The U.S. Equal Employment Opportunity Commission



Judge Rejects Department of Developmental Services' Protective Order Request

LOS ANGELES – The U.S. Equal Employment Opportunity Commission (EEOC) today announced that federal Magistrate Judge Sandra M. Snyder has issued a court order requiring that the Department of Developmental Services (DDS) not interfere with the EEOC’s investigation of the California state agency, which provides services and support to persons with developmental disabilities. DDS allegedly threatened witnesses with criminal prosecution if they cooperated with the EEOC’s investigation.

The EEOC is investigating charges of workplace discrimination alleging that DDS subjected at least three of its employees, known as peace officers, to discrimination and harassment based on race, sex, disability, and/or retaliation. The court further denied DDS’s request for a protective order that would have interfered with the EEOC’s record keeping procedures and imposed duties that both U.S. Congress and the U.S. Supreme Court deem unnecessary in EEOC investigations.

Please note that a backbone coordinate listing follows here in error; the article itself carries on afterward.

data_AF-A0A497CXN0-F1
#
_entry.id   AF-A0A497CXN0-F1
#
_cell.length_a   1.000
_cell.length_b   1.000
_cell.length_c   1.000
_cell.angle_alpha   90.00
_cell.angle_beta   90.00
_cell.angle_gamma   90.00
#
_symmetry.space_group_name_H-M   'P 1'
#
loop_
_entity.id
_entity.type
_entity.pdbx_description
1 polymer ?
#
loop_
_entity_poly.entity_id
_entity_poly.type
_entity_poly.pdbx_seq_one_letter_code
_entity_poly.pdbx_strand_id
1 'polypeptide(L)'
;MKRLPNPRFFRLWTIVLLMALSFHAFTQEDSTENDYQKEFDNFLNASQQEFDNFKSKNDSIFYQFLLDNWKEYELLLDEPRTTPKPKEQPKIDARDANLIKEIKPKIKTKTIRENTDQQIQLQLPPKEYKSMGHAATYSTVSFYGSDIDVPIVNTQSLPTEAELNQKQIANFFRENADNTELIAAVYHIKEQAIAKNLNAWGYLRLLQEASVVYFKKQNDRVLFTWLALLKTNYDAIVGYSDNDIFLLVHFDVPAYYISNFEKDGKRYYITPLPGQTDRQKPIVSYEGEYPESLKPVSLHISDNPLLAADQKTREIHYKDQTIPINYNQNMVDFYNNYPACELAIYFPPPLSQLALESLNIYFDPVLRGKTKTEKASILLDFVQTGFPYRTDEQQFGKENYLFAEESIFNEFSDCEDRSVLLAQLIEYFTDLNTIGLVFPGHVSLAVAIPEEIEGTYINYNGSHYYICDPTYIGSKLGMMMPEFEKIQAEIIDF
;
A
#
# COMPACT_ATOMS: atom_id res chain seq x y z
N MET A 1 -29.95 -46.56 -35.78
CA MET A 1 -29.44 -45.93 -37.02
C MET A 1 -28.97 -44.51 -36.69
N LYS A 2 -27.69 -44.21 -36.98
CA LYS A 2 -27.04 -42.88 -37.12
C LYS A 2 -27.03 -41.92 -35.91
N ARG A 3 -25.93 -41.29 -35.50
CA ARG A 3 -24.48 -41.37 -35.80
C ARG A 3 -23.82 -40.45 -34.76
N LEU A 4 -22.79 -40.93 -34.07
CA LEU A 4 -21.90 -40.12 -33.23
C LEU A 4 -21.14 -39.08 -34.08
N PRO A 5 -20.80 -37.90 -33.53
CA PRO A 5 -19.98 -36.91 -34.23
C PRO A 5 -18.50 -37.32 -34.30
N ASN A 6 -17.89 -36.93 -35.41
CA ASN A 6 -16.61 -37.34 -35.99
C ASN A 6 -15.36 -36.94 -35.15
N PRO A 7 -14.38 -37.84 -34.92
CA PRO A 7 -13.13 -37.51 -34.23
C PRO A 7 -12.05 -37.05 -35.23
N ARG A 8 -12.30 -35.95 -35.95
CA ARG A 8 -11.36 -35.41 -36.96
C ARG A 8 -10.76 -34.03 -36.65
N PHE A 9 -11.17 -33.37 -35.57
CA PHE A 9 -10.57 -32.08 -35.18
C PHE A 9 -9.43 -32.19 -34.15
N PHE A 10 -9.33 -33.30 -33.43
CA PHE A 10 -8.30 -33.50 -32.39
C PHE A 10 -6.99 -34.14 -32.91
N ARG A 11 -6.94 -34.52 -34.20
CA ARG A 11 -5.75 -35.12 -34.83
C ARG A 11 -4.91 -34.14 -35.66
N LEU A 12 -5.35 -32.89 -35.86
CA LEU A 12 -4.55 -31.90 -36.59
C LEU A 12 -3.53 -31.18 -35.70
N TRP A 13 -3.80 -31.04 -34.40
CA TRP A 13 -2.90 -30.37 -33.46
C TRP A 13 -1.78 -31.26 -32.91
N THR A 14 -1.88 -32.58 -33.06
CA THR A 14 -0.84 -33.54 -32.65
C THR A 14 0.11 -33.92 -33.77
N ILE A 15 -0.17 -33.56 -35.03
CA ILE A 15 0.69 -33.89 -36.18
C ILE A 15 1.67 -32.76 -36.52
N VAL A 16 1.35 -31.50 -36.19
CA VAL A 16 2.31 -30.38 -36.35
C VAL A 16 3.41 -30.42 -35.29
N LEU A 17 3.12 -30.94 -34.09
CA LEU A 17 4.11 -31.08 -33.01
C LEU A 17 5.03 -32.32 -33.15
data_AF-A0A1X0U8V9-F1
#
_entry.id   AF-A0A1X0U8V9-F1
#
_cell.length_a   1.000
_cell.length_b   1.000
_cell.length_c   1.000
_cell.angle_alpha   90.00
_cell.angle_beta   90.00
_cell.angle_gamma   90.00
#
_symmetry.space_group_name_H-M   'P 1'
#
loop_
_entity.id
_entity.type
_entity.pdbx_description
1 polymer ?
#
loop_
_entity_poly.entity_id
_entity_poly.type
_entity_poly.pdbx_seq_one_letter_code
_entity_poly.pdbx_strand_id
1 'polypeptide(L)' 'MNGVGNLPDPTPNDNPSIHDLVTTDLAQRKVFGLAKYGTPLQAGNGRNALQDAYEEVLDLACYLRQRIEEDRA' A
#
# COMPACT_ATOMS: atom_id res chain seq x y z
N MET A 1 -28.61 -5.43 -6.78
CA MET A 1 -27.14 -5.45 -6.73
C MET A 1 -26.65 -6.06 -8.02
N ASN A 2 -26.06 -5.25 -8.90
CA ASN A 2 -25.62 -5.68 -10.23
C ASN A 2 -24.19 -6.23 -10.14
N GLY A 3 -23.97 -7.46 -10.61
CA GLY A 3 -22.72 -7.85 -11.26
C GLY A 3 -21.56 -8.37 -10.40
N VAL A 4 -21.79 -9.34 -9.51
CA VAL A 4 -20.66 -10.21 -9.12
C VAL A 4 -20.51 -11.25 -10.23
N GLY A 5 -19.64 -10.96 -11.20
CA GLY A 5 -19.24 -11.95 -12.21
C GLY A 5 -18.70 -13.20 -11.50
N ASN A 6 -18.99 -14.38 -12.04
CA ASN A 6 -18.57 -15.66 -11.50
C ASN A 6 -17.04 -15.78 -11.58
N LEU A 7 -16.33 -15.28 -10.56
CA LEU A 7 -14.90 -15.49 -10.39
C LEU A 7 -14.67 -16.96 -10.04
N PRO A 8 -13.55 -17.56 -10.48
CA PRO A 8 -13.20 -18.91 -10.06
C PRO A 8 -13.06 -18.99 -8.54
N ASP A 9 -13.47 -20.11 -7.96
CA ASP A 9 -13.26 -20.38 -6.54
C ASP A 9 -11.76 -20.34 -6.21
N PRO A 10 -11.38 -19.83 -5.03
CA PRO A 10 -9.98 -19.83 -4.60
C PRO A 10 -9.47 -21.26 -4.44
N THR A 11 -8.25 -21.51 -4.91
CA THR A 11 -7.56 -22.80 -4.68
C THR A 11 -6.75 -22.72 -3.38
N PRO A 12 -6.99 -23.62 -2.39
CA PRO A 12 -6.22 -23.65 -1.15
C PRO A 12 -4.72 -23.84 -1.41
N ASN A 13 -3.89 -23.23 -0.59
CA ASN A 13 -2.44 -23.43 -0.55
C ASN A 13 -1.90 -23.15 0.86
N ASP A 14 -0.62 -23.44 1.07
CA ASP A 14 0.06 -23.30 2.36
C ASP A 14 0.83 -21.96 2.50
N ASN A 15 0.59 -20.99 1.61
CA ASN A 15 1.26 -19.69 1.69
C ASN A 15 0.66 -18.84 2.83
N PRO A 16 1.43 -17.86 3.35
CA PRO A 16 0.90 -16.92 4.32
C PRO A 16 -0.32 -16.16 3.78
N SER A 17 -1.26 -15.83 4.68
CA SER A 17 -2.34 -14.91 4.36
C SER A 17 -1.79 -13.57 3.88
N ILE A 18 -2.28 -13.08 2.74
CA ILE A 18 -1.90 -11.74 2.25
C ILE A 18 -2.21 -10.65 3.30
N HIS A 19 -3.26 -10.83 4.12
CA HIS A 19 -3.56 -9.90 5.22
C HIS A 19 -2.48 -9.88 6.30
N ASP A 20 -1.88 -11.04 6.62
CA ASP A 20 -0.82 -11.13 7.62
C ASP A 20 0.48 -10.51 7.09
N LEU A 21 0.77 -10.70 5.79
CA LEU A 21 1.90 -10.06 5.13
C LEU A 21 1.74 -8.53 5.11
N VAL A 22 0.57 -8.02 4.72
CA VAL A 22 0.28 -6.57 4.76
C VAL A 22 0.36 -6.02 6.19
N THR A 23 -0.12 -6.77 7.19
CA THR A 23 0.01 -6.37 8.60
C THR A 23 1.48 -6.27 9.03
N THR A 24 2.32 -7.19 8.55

The Fresno Local Office of the EEOC received the charges of discrimination against DDS and is conducting the investigation. The EEOC was forced to issue subpoenas for two DDS employees to give testimony in the federal investigation after concluding that DDS interfered, intimidated and even threatened witnesses with criminal prosecution if they cooperated with its investigation.

The EEOC filed its action (EEOC vs. Department of Developmental Services, Cynthia Coppage and Lane Owyang, Case No. CV -01902-LJO-SMS) in the U.S. District Court for the Eastern District of California located in Fresno. In addition to denying DDS’s attempt to seek a protective order, Magistrate Judge Snyder ordered that DDS and its counsel:

EEOC Regional Attorney Anna Y. Park in Los Angeles said, “The EEOC will not allow any employer, whether it is a private or state agency, to interfere with its federal investigations. We will not tolerate any attempts by employers to coerce, intimidate, or interfere with witnesses subject to an agency investigation. The district court’s order affirms the EEOC’s authority to obtain evidence germane to its investigation.”

The EEOC enforces federal laws prohibiting employment discrimination. Further information about the EEOC is available on its web site at

This page was last modified on June 24, 2009.

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